- Matteo Bittanti is kind enough to point out a new UK Guardian article discussing 'Why Do We Have To Die In Games?' - a thoughtprovoking, if slightly odd question.

Here's some notable parts: "But where's the fun in endlessly replaying a level? Gamers are unequivocal: "Dying gives a game meaning", say posters on the PC Advisor forums. Markus Montola, a researcher at Tampere University in Finland, takes this further: "You have a motivation - to avoid being annoyed by dying. Motivation is what makes the game meaningful.""

What's more: "Pete Hines - vice-president at Bethesda, the developer behind the role-playing game Oblivion and its expansion pack, Shivering Isles - agrees. "Having your character die or fail is important because your actions have to have some meaning in the game, and to you... But is the death of your character the right way to give a game meaning? Peter Molyneux of Lionhead, the developer of Fable, Black & White and The Movies, says: "A fight has to cost the player something, or it loses its meaning. Previously, that cost was time and tedium [in replaying a level]. But is that the right cost?""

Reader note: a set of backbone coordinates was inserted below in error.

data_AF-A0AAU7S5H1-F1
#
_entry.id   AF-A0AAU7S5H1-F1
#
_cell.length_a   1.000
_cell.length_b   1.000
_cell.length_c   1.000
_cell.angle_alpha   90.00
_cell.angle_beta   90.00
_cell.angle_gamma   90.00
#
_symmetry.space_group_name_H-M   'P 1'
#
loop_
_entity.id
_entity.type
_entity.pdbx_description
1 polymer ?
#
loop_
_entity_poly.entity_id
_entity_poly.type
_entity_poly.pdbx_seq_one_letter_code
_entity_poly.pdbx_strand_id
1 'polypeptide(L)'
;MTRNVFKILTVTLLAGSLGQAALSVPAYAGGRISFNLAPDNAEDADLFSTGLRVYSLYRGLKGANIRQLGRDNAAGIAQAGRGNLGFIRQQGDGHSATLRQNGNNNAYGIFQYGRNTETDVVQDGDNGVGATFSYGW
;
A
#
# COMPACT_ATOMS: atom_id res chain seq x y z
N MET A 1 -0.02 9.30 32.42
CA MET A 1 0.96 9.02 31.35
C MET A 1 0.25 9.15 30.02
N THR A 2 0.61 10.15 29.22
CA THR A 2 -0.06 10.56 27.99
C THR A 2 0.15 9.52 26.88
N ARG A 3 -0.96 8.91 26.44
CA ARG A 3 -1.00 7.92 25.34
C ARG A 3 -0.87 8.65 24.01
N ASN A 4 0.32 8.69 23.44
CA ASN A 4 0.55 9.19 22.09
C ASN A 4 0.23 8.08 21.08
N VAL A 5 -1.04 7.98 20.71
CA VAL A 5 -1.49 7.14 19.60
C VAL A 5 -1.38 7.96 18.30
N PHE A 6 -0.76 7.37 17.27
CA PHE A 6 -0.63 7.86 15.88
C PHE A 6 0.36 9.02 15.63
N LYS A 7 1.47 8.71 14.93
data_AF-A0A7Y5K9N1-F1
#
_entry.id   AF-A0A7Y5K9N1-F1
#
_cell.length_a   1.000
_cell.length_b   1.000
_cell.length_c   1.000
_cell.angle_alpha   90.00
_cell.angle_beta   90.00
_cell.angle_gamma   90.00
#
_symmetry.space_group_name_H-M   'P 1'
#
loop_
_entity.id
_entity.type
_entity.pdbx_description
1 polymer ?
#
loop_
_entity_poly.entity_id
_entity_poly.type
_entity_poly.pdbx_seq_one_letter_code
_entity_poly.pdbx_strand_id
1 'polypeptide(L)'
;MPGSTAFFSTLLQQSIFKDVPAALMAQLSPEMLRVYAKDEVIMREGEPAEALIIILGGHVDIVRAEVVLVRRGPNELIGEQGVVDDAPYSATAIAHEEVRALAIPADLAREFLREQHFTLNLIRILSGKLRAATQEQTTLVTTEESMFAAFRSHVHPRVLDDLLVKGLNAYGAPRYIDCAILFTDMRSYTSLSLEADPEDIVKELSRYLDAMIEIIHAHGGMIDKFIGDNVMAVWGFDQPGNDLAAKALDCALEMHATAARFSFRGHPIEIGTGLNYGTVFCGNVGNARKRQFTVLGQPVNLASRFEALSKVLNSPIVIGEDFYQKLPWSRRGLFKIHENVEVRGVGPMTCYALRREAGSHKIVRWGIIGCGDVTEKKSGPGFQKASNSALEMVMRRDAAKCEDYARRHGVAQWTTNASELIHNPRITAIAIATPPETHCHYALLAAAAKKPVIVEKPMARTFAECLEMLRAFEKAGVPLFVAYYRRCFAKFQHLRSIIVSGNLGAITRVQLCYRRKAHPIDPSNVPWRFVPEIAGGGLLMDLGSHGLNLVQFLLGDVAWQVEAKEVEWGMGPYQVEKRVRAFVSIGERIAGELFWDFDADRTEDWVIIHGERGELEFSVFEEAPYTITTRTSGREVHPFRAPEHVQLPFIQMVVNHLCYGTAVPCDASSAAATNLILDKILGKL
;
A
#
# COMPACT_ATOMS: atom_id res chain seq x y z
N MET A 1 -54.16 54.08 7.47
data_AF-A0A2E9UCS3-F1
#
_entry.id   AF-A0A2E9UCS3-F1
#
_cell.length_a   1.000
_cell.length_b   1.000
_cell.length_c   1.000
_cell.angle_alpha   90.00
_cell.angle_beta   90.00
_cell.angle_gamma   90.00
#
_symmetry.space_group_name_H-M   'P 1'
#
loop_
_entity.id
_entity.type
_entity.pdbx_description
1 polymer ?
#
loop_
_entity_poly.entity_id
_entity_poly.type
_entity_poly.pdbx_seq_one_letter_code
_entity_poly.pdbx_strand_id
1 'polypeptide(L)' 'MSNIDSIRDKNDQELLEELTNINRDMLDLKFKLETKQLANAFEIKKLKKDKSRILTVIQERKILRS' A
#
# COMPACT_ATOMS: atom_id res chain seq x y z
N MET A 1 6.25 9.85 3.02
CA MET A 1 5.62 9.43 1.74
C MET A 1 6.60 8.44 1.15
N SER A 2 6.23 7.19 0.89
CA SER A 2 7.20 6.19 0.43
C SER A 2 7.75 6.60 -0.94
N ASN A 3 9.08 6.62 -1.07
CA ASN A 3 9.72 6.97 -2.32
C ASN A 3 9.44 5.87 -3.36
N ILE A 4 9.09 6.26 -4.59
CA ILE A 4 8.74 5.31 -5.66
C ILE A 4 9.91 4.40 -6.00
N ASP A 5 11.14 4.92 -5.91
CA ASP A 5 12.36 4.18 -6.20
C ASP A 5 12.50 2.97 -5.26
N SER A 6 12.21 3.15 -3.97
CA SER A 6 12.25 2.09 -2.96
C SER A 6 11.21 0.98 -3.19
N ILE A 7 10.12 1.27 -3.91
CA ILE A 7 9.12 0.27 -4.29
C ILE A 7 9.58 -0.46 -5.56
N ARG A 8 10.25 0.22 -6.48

Molyneux goes on to suggest that we should rethink death: "Have you ever seen a film where the hero dies and dies again? The tension in an action film almost always comes from hammering a hero so hard that he almost dies - and then he leaps back up." Not entirely sure how this fits into gameplay - but it's good to see a mainstream newspaper getting so far into interesting game theory issues - the Guardian has always been fairly well-advanced that way, what with its Gamesblog.